Writing content that gets links naturally
Dawn goes first, with great suggestions about writing content that attracts links. The common theme is to do a little legwork, go back to the fundamental ideas of good journalism, and you’ll be rewarded.
Do original research
- Find an article that hasn’t been done before in your niche
- Present research visually- graphys, maps, infographics
Bad news does better than good news. Their “Worst of” lists get a lot more links than the “Best of” lists. [I find myself more attracted to links about “The 7 deadly sins of …” than to positive posts. Ah, the power of the dark side.]
Don’t forget to use an embed code on your images.
Infographics can generate a lot of links, and embeds.
Create the Definitive Guide
If there’s no good industry guide in your industry, do it. Keep it updated.
If you’ve done a series of posts on a topic, compile them together. If it’s a valuable resource, your users will promote it for you for years.
Become the GoTo guy in your industry.
Write compelling posts
- Have an Opinion
- Add spice to your normal content every so often. Don’t create controversy, that can backfire. But use existing controversy. As Lisa Barone says, be polarizing.
- Take a side
- Don’t become the Boy Who Cried Wolf
- Be careful
[Note: Some of this depends on how you want to position yourself. Dawn and Lisa work for a company called “Outspoken Media,” that who they are and what they do. I wouldn’t advise Matt Cutts or Danny Sullivan to be polarizing.]
A provocative columnist link-baited with a “Why are bloggers male?” column. The next day, perhaps planned in advance, they “reacted” to the controversy by having a live forum with many of the women they pissed off. Double win. [If that’s what you want.] They got 82 links in 24 hours.
[She spelled it with a “u” though. They do things like that in Canada. Did you know that many of the spelling differences were deliberately put in by Daniel Webster when creating a US dictionary for the purpose of giving “American English” some uniqueness? Amazing to me how this need to be different, to be individual, to stand out, is all over the American psyche. But I digress …]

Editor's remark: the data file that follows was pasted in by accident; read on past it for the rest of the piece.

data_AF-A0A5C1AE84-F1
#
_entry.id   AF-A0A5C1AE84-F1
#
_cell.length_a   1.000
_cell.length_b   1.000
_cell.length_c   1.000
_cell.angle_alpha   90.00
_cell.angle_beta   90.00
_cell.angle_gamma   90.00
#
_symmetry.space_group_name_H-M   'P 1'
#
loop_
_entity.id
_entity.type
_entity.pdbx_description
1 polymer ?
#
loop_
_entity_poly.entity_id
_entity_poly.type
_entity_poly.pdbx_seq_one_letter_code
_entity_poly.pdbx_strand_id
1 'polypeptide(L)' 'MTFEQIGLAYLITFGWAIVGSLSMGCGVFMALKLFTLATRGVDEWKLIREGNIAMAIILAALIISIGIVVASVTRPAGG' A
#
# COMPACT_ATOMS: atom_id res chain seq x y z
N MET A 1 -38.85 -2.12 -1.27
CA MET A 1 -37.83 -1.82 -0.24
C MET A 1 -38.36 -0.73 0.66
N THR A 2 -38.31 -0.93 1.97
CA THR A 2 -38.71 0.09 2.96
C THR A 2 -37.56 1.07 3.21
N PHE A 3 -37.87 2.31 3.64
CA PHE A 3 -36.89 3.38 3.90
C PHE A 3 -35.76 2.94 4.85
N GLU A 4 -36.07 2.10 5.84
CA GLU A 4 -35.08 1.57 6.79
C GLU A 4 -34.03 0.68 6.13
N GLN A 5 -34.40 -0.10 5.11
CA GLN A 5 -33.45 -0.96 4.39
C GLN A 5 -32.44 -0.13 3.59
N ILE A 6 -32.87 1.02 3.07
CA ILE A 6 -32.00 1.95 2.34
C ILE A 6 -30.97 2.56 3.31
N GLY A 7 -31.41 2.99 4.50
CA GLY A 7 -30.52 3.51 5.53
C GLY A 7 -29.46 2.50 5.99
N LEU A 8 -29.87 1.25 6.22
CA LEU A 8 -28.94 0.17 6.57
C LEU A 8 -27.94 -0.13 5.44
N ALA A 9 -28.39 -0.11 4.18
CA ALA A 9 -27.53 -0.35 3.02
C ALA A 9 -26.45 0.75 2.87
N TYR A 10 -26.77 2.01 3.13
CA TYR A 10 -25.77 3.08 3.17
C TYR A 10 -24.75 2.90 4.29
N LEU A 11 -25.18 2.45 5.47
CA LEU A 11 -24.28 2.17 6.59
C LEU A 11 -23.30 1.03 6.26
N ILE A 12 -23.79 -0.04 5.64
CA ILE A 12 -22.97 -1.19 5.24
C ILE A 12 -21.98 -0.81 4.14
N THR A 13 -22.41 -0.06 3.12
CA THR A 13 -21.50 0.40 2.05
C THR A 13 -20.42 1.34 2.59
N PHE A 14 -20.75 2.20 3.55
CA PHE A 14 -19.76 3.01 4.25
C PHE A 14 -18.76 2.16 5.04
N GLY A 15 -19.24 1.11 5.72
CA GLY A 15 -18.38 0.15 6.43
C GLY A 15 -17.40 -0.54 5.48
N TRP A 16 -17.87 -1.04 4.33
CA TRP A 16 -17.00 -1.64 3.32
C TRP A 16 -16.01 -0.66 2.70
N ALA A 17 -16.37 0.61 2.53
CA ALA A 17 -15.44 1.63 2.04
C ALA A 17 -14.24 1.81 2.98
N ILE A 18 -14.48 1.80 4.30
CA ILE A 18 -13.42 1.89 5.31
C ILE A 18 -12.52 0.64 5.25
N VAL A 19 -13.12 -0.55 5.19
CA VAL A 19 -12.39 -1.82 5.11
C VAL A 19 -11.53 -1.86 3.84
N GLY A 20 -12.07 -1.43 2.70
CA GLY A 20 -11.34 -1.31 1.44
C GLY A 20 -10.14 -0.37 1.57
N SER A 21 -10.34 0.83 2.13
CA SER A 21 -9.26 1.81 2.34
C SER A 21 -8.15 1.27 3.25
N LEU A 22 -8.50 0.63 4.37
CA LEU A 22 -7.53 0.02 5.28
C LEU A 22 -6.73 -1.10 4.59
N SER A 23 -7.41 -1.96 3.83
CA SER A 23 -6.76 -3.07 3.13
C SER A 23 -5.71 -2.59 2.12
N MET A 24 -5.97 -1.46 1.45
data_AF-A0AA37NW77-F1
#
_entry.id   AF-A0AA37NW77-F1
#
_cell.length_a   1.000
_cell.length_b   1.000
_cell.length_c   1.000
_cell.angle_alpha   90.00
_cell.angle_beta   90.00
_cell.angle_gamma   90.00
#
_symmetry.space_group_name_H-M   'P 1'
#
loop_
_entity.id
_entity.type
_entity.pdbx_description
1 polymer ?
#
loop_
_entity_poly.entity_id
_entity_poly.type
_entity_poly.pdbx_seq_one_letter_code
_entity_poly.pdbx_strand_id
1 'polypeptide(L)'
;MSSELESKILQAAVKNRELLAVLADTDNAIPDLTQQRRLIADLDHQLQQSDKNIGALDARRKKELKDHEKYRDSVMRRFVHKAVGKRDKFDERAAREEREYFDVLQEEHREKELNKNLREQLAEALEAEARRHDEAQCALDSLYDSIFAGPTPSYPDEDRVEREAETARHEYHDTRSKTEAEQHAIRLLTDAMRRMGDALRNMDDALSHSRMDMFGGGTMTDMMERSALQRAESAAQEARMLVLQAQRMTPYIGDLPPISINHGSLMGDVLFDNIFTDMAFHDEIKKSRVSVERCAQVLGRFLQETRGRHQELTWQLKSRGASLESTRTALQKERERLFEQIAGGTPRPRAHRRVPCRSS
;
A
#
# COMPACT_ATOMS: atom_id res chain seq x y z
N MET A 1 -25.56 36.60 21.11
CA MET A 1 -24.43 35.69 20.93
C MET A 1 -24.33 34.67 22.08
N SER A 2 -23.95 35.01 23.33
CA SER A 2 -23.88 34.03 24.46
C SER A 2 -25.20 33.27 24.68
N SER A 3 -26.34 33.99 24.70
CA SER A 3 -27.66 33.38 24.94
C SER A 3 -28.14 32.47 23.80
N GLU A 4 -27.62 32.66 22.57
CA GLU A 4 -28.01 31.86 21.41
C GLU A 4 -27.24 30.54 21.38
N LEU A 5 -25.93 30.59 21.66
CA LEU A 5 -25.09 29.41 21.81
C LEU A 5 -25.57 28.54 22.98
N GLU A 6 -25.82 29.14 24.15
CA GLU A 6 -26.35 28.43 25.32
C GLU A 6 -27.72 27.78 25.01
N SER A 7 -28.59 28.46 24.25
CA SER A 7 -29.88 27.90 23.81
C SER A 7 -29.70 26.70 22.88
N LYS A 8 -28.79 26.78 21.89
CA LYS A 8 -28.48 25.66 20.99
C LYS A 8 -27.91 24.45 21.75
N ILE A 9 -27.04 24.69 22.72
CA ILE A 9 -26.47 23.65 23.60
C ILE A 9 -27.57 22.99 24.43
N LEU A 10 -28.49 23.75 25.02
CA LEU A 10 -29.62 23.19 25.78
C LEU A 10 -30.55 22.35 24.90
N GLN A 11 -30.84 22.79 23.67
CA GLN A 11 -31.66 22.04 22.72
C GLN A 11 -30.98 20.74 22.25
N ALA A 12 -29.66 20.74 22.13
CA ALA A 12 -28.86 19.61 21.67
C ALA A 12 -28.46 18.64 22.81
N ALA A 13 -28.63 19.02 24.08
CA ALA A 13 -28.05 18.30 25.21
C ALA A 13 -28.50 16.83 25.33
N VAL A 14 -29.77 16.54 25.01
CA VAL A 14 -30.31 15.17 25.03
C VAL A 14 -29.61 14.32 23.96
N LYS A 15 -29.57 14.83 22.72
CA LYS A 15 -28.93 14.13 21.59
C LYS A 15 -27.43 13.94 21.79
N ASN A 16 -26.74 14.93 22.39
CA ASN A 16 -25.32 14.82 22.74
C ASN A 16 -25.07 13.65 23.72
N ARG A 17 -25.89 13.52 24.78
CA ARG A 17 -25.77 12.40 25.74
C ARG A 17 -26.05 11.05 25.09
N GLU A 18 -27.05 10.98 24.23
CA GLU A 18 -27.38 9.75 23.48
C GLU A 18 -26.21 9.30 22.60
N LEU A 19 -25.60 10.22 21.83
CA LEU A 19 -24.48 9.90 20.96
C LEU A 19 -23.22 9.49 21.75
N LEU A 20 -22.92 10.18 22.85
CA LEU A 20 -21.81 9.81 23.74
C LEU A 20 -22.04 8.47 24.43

- Humor is infectious
- Take from personal experience
- Keep it relevant
- Avoid being offensive
- Conferences, award ceremonies, AGM’s, sports matches, TV events, etc.
- Libe blogging, live tweeting, regular link/ news roundups
This gets you links from a variety of sources, and additional benefits
Lisa liveblogs probably half the conferences in the search industry, and people tell her that it was just as good as being there. She got 293 links to the liveblogging articles from PubCon.
[Lisa’s liveblogging coverage is an outlier. Other people liveblog too, and don’t seem to get nearly the same coverage. And I’ve tried liveblogging. It’s HARD. That (and jet lag) are why I’m up at 3 in the morning turning my notes into something readable. That said, the idea works, IMO, which is why I’m doing this. I do a “Best of” post for each conference I attend, and they’re my most popular posts, and they get the most incoming links. Which is also why when I saw that Lisa, Barry, Virginia, and the other live bloggers weren’t here I decided to jump in and cover the individual sessions.]